The dirt that accumulates on the walls of your furnace or fan blades should be a cause for alarm.
It can waste fuel/electricity and drastically lower the efficiency of your HVAC system.
A clogged filter can make it harder for the HVAC furnace to heat your home. The three major parts of the furnace, the filter system, the blower, and the motor, are prone to clogging, primarily when used frequently.
You’ll need a screwdriver, clean rags, replacement filter, vacuum cleaner and a toothbrush.
Here’s how to clean the clogged furnace parts:
- Remove the outside panel of your furnace or air conditioner to access the blower or to get to the front of the furnace.
- Use a screwdriver to unscrew the fan unit, then slid it out.
- Clean out the dirt from the pulleys to the blower, belts, blower assembly and the motor housing.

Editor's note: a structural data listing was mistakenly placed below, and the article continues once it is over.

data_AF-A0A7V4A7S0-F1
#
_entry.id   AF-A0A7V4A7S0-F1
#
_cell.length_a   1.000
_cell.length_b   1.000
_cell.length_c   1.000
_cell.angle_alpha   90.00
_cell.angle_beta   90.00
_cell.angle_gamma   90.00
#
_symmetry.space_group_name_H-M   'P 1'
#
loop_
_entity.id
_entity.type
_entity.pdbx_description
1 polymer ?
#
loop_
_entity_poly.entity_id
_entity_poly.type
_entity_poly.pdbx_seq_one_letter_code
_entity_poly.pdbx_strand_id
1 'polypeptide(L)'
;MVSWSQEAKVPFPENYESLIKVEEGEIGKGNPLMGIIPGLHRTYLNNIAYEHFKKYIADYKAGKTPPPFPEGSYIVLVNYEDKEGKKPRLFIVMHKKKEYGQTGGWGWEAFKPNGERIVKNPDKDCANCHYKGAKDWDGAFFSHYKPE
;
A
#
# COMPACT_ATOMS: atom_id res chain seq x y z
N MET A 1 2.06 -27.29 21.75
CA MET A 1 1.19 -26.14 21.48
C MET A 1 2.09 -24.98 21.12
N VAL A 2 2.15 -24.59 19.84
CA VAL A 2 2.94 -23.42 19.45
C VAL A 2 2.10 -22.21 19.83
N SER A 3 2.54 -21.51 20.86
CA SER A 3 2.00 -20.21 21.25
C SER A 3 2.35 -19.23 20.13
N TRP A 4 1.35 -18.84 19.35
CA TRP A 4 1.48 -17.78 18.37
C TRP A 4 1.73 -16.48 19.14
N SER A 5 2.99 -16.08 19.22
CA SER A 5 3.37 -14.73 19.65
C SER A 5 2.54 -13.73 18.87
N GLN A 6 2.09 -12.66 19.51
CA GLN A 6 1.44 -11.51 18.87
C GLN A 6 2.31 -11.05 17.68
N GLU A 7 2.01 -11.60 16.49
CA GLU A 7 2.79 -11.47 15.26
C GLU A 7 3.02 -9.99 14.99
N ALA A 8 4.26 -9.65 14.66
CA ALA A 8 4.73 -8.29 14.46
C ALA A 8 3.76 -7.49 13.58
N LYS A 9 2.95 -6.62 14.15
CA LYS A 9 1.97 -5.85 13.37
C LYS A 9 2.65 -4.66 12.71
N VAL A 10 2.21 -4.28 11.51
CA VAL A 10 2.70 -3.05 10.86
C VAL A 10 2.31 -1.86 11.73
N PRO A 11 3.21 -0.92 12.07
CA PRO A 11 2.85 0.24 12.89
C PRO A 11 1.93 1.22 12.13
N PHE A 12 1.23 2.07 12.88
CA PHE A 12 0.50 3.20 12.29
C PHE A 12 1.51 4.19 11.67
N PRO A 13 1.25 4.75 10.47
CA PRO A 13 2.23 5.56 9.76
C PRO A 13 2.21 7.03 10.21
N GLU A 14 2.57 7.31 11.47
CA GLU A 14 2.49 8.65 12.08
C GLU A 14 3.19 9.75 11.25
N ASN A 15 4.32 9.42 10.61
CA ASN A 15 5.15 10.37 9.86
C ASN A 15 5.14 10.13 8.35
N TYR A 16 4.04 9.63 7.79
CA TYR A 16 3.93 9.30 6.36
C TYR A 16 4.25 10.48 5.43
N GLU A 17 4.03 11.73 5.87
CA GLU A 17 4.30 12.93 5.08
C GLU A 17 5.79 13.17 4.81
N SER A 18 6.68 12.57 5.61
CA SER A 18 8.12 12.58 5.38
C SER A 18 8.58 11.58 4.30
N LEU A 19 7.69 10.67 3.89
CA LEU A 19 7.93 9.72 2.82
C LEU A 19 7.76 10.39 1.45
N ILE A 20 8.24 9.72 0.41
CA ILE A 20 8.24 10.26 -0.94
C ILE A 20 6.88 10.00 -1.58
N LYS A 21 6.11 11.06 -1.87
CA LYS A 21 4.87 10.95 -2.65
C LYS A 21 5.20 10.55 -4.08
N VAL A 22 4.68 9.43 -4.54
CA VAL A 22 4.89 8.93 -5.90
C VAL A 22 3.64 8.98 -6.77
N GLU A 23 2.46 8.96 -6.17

- Use your toothbrush to clean each fan blade and clear any debris between blades.
- Clean off all debris and dirt from the inside and outside the motor housing to prevent heat buildup.
It’s best to mark the wire connections before they’re removed from the unit so that you can reattach them correctly later.
Solution #3 Avoid Setting Too High Temperatures
The temperatures you set may be way higher than what your HVAC system can handle and deliver. This is the most common cause of why Honeywell thermostat says heat on but no heat, but it’s easy to solve.
For example, in cold weather, you might set your thermostat to 80 degrees, but your thermostat can only handle 70 degrees.
Here’s how to fix the issue:
- Check your furnace and always be aware of its capabilities.
- Set up realistic temperatures for your heating system.